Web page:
Tag Archives: Mads Mikkelsen

Another Round

7 Dec

‘Another Round’: Four stifled schoolteachers plunge into alcohol as a lifestyle, sink or swim

By Tom Meek
Thursday, December 3, 2020

Thomas Vinterberg’s “Another Round” is a dark contemplation flipping between the glorification and pitfalls of routine alcohol consumption. The film begins with teens partaking in a keg relay race around a lake and, later, in their buzzed post-race state, making something of a nuisance of themselves on the subway. The matter is subsequently taken up by the faculty at the intimate Danish academy they attend. Martin (Mads Mikkelsen), one of those teachers, listens intently, as he has teenagers at home as well. But one night, out for dinner and drinks with three fellow faculty to celebrate a 40th birthday, , there’s a moment of pause over Norwegian psychologist Finn Skårderund’s obscure hypothesis that humans need booze to thrive. Intoxicated by the idea, the four make a pact to nip at school to see how Skårderund’s suggestion changes their lives, amended by the caveat that, like Hemingway, there will be no late-night boozing or weekend benders. As a result, Martin becomes increasingly distant from his family, especially his wife (Maria Bonnevie) who works at night; but in the classroom, his lack of inhibition allows him to break out and connect with youthful charges who revel in raucous history lessons focusing on notorious suds-sucking world leaders such as Winston Churchill and FDR taking on a, he notes, a teetotaling Adolf Hitler.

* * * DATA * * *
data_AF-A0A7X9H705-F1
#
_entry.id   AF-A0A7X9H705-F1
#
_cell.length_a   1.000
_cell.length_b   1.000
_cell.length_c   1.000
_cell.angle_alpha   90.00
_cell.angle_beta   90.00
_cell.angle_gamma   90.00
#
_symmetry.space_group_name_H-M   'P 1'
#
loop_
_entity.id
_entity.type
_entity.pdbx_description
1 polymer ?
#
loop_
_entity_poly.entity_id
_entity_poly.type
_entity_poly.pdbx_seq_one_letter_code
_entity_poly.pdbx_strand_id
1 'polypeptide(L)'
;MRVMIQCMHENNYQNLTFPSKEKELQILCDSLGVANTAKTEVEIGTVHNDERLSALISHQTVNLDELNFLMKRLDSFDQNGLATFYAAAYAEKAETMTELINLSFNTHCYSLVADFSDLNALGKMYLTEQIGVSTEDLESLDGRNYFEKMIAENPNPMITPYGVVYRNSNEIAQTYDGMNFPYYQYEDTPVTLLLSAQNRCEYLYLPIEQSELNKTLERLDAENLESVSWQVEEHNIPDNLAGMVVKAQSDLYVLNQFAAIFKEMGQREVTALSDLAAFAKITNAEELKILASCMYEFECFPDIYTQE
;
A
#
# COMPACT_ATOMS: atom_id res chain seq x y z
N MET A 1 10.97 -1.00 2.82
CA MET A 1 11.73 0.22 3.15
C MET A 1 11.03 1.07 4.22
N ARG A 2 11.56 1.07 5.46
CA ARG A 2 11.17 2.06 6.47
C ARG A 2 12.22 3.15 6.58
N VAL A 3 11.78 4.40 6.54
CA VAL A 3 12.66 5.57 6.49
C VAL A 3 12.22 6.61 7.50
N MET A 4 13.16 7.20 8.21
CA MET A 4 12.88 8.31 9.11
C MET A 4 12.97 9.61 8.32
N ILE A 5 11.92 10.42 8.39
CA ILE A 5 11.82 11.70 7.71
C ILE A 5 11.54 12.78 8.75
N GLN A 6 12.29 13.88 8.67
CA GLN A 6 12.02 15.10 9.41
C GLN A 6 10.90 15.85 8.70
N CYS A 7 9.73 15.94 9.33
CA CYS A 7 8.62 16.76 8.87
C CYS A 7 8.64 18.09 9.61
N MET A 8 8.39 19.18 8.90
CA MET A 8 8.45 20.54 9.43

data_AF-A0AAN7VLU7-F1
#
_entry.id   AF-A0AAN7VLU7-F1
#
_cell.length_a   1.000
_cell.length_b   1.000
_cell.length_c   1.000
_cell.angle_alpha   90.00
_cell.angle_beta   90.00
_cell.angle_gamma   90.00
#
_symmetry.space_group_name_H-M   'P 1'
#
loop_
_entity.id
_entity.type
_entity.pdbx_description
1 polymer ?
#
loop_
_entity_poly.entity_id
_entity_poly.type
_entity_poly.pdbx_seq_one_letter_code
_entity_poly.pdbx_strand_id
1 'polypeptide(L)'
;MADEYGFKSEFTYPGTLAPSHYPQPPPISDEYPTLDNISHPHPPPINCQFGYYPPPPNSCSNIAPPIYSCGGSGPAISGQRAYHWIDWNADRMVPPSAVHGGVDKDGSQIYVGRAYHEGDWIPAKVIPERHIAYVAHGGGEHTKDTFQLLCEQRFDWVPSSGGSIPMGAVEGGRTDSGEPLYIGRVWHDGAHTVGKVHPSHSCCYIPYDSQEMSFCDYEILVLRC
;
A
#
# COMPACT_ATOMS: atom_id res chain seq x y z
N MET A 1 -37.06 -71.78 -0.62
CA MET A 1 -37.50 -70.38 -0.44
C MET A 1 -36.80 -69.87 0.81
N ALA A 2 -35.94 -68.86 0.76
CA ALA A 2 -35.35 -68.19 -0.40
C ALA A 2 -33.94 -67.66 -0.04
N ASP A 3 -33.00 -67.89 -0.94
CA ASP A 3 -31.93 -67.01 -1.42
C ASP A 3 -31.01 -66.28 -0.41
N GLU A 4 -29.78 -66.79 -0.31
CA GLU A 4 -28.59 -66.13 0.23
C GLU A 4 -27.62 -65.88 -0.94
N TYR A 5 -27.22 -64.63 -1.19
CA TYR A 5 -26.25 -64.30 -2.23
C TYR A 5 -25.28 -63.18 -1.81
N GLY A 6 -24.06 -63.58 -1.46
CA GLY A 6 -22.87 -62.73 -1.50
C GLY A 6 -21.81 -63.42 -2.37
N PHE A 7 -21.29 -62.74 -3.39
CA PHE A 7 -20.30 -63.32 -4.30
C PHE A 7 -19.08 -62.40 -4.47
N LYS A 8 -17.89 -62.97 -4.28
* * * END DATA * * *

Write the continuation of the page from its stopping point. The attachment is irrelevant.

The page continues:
As you can guess, there’s a buoyant swell of wins before some major downs. One of the four gets so knackered he wets the bed and blames it on his 2-year-old, let alone not being able to find his legs to get off the floor and to go to school. In another scene, another of the four give emboldening nips of vodka to a nervous student on the verge of failing an oral exam. Vinterberg, who teamed up with Mikkelsen for “The Hunt” in 2012 – something akin to a Danish “Straw Dogs” (1974) – keeps much of the judgment off frame. Mikkelsen, whom most Americans probably know for his go as a Bond villain in “Casino Royale” (2006) or Hannibal Lecter in the underappreciated TV series “Hannibal,” gives his best performance to date, awards-worthy in Danish or English. Many might not know that Mikkelsen was a dancer by trade early on, and the skill is put to glorious use in the final scene, a surprise in its own right considering the nadir it springs from. The final 10 minutes of the film are unforgettable, uncannily ebullient and hauntingly disturbing.